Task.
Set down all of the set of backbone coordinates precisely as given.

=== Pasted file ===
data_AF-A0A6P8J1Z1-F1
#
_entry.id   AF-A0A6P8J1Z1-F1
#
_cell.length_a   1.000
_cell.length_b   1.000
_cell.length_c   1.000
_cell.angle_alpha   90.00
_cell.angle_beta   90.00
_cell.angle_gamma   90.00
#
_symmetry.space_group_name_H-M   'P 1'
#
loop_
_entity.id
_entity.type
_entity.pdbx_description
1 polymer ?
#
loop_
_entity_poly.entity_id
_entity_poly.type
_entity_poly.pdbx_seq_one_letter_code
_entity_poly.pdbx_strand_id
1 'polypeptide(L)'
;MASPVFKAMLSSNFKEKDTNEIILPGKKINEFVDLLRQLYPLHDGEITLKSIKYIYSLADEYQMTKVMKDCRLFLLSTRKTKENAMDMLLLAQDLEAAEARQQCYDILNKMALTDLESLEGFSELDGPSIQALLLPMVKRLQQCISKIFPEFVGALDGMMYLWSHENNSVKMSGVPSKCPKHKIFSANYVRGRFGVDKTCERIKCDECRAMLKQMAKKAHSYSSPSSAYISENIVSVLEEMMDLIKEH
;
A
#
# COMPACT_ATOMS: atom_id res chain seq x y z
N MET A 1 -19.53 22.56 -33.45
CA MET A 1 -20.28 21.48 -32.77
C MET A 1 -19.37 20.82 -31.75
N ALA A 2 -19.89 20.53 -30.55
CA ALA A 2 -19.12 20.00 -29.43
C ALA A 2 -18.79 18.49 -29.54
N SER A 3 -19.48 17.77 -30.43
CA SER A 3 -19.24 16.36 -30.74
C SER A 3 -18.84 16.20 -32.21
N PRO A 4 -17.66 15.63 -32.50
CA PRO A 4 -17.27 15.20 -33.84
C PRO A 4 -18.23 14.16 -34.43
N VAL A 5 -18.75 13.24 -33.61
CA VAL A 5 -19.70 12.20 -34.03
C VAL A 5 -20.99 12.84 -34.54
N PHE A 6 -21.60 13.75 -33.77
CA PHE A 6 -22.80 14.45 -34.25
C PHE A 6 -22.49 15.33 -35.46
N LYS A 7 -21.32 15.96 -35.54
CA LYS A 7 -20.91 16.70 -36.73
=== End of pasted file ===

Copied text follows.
data_AF-A0A6P8J1Z1-F1
#
_entry.id   AF-A0A6P8J1Z1-F1
#
_cell.length_a   1.000
_cell.length_b   1.000
_cell.length_c   1.000
_cell.angle_alpha   90.00
_cell.angle_beta   90.00
_cell.angle_gamma   90.00
#
_symmetry.space_group_name_H-M   'P 1'
#
loop_
_entity.id
_entity.type
_entity.pdbx_description
1 polymer ?
#
loop_
_entity_poly.entity_id
_entity_poly.type
_entity_poly.pdbx_seq_one_letter_code
_entity_poly.pdbx_strand_id
1 'polypeptide(L)'
;MASPVFKAMLSSNFKEKDTNEIILPGKKINEFVDLLRQLYPLHDGEITLKSIKYIYSLADEYQMTKVMKDCRLFLLSTRKTKENAMDMLLLAQDLEAAEARQQCYDILNKMALTDLESLEGFSELDGPSIQALLLPMVKRLQQCISKIFPEFVGALDGMMYLWSHENNSVKMSGVPSKCPKHKIFSANYVRGRFGVDKTCERIKCDECRAMLKQMAKKAHSYSSPSSAYISENIVSVLEEMMDLIKEH
;
A
#
# COMPACT_ATOMS: atom_id res chain seq x y z
N MET A 1 -19.53 22.56 -33.45
CA MET A 1 -20.28 21.48 -32.77
C MET A 1 -19.37 20.82 -31.75
N ALA A 2 -19.89 20.53 -30.55
CA ALA A 2 -19.12 20.00 -29.43
C ALA A 2 -18.79 18.49 -29.54
N SER A 3 -19.48 17.77 -30.43
CA SER A 3 -19.24 16.36 -30.74
C SER A 3 -18.84 16.20 -32.21
N PRO A 4 -17.66 15.63 -32.50
CA PRO A 4 -17.27 15.20 -33.84
C PRO A 4 -18.23 14.16 -34.43
N VAL A 5 -18.75 13.24 -33.61
CA VAL A 5 -19.70 12.20 -34.03
C VAL A 5 -20.99 12.84 -34.54
N PHE A 6 -21.60 13.75 -33.77
CA PHE A 6 -22.80 14.45 -34.25
C PHE A 6 -22.49 15.33 -35.46
N LYS A 7 -21.32 15.96 -35.54
CA LYS A 7 -20.91 16.70 -36.73